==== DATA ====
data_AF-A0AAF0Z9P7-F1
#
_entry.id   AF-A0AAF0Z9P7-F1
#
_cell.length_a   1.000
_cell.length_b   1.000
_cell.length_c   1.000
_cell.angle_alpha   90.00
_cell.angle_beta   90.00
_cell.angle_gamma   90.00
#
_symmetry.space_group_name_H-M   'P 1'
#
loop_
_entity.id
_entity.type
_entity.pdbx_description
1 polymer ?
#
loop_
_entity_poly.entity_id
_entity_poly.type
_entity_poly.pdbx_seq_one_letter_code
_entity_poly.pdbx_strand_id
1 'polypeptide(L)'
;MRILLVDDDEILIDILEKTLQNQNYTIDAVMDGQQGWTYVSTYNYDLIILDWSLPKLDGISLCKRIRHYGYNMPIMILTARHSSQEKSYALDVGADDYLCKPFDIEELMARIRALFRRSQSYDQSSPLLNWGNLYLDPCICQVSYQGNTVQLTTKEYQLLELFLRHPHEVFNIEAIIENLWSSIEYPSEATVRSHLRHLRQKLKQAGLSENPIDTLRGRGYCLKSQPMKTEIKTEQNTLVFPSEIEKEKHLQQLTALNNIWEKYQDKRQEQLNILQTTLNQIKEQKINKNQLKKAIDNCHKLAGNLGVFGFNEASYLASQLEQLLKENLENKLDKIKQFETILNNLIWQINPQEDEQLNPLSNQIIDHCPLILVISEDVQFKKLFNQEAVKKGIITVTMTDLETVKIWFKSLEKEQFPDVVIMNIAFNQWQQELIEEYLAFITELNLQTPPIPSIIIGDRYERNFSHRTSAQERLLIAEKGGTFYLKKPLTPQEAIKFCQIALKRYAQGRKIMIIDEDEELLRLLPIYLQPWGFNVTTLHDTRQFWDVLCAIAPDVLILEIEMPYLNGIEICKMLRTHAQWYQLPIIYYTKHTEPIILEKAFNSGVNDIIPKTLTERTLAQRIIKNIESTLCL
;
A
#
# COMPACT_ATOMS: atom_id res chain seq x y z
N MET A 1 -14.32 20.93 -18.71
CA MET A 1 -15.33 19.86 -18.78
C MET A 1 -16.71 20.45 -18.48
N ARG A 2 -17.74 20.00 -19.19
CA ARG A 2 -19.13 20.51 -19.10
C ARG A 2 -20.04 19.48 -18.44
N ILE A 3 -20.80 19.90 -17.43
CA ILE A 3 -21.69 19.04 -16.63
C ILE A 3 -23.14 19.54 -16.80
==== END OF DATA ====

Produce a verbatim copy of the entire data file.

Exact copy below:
data_AF-A0AAF0Z9P7-F1
#
_entry.id   AF-A0AAF0Z9P7-F1
#
_cell.length_a   1.000
_cell.length_b   1.000
_cell.length_c   1.000
_cell.angle_alpha   90.00
_cell.angle_beta   90.00
_cell.angle_gamma   90.00
#
_symmetry.space_group_name_H-M   'P 1'
#
loop_
_entity.id
_entity.type
_entity.pdbx_description
1 polymer ?
#
loop_
_entity_poly.entity_id
_entity_poly.type
_entity_poly.pdbx_seq_one_letter_code
_entity_poly.pdbx_strand_id
1 'polypeptide(L)'
;MRILLVDDDEILIDILEKTLQNQNYTIDAVMDGQQGWTYVSTYNYDLIILDWSLPKLDGISLCKRIRHYGYNMPIMILTARHSSQEKSYALDVGADDYLCKPFDIEELMARIRALFRRSQSYDQSSPLLNWGNLYLDPCICQVSYQGNTVQLTTKEYQLLELFLRHPHEVFNIEAIIENLWSSIEYPSEATVRSHLRHLRQKLKQAGLSENPIDTLRGRGYCLKSQPMKTEIKTEQNTLVFPSEIEKEKHLQQLTALNNIWEKYQDKRQEQLNILQTTLNQIKEQKINKNQLKKAIDNCHKLAGNLGVFGFNEASYLASQLEQLLKENLENKLDKIKQFETILNNLIWQINPQEDEQLNPLSNQIIDHCPLILVISEDVQFKKLFNQEAVKKGIITVTMTDLETVKIWFKSLEKEQFPDVVIMNIAFNQWQQELIEEYLAFITELNLQTPPIPSIIIGDRYERNFSHRTSAQERLLIAEKGGTFYLKKPLTPQEAIKFCQIALKRYAQGRKIMIIDEDEELLRLLPIYLQPWGFNVTTLHDTRQFWDVLCAIAPDVLILEIEMPYLNGIEICKMLRTHAQWYQLPIIYYTKHTEPIILEKAFNSGVNDIIPKTLTERTLAQRIIKNIESTLCL
;
A
#
# COMPACT_ATOMS: atom_id res chain seq x y z
N MET A 1 -14.32 20.93 -18.71
CA MET A 1 -15.33 19.86 -18.78
C MET A 1 -16.71 20.45 -18.48
N ARG A 2 -17.74 20.00 -19.19
CA ARG A 2 -19.13 20.51 -19.10
C ARG A 2 -20.04 19.48 -18.44
N ILE A 3 -20.80 19.90 -17.43
CA ILE A 3 -21.69 19.04 -16.63
C ILE A 3 -23.14 19.54 -16.80